Fryar played in Super Bowl XX with the Patriots and scored their only touchdown in their 46-10 loss to the Chicago Bears. He played a total of 255 games in his career and made the Pro Bowl five times (1985, 1993, 1994, 1996 and 1997). He was one of the few marquee players on the dreadful 1990 team.
Fryar's career is particularly noteworthy for being more productive in the later stages than early on. Fryar had his first 1,000-yard season at age 29. He went on to achieve that mark four more times and was selected to four Pro Bowls after the age of 30.
Fryar retired from the NFL in 2001 after completing 17 NFL seasons. During that time, he caught 851 passes for 12,785 yards and 84 touchdowns, along with one rushing and three punt return touchdowns. He also gained 242 rushing yards, 2,055 yards returning punts, 505 yards on kickoff returns, and 7 fumble return yards, giving him 15,594 all-purpose yards.
Fryar's 255 played games are the most ever for a New Jersey-born player.
Fryar has had several off-field incidents during and after his career. He was arrested in 1988 on weapons charges after a New Jersey state trooper found a loaded shotgun and handgun and a hunting knife in Fryar's car.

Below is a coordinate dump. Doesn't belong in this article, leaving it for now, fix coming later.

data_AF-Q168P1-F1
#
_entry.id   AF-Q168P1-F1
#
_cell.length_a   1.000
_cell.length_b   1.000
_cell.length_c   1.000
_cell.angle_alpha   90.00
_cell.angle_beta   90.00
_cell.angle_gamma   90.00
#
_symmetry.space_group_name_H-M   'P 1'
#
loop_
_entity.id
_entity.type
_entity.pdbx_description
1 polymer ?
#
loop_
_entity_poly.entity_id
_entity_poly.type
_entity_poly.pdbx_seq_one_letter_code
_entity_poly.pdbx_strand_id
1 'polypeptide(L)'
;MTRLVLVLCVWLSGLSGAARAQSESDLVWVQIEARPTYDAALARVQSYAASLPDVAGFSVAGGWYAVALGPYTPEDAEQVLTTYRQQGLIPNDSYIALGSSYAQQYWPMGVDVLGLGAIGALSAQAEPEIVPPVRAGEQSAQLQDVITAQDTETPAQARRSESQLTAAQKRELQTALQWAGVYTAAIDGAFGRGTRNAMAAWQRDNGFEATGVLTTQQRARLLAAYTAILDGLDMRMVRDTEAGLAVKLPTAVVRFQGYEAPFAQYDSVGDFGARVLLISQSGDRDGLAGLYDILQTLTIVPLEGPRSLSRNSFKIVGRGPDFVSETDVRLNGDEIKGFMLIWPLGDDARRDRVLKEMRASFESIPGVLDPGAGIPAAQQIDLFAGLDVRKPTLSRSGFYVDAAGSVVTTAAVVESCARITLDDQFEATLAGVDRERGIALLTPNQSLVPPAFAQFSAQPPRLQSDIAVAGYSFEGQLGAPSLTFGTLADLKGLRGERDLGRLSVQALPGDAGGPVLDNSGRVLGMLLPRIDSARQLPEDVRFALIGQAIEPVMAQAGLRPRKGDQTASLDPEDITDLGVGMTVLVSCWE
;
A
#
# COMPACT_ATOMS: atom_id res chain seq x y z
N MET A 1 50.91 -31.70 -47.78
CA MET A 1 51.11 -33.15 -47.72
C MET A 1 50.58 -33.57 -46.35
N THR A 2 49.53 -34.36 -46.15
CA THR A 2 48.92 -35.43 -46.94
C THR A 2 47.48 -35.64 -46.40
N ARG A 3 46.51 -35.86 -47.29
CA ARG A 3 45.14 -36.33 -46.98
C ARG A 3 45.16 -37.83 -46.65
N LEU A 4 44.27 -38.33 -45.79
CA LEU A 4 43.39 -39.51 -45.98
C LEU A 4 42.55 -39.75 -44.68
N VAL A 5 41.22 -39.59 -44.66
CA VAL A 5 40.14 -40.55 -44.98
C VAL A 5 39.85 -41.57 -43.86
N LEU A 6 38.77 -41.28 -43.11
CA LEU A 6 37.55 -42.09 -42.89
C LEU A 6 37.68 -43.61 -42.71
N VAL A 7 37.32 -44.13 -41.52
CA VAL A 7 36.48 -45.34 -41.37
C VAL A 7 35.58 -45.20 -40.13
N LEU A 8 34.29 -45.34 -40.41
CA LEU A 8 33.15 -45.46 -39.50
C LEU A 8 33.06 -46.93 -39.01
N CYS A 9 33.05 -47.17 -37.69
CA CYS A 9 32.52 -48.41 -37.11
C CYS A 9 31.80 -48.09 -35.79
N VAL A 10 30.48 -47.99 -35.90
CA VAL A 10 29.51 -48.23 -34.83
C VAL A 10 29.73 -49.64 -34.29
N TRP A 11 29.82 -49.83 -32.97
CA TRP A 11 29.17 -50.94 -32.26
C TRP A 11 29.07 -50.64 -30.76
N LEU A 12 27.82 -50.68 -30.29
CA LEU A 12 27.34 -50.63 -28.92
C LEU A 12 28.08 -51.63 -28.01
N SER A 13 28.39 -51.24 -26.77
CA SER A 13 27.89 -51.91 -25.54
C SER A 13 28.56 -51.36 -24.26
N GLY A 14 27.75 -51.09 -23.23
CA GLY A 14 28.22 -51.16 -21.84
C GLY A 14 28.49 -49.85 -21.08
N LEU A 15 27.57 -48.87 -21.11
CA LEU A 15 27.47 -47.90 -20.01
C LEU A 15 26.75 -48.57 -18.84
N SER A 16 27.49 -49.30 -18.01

His wife filed for divorce in 2014 after 29 years of marriage.  They have four children. 
In 2003, Fryar founded New Jerusalem House of God and serves as their pastor. They held their first service on Sunday, June 8, 2003 at The Burlington County Institute of Technology in Westampton, NJ where they held services for 1 year. From there, they moved to Joey's Catering in Burlington, NJ and held services there for 2 years. In April 2006, under the leadership of Pastor Fryar, New Jerusalem House of God acquired and moved into their own building located at 400 Washington Street in Mt. Holly, NJ where they continue to worship and serve the surrounding community.
On August 7, 2015, Fryar and his mother, Allene McGhee, were found guilty of conspiring to defraud six banks and a mortgage company by a New Jersey Superior Court jury. The prosecution maintained that Fryar and McGhee conspired with real estate consultant William Barksdale in a scheme to fraudulently obtain six home-equity loans totaling about $850,000 in November and December 2009, and a $414,000 mortgage in October 2009, using McGhee's home as collateral in each instance. Fryar and McGhee maintain they were victims of Barksdale, who is serving a 20-month sentence in federal prison for conspiracy to commit wire fraud for his role in the scheme, and plan to appeal.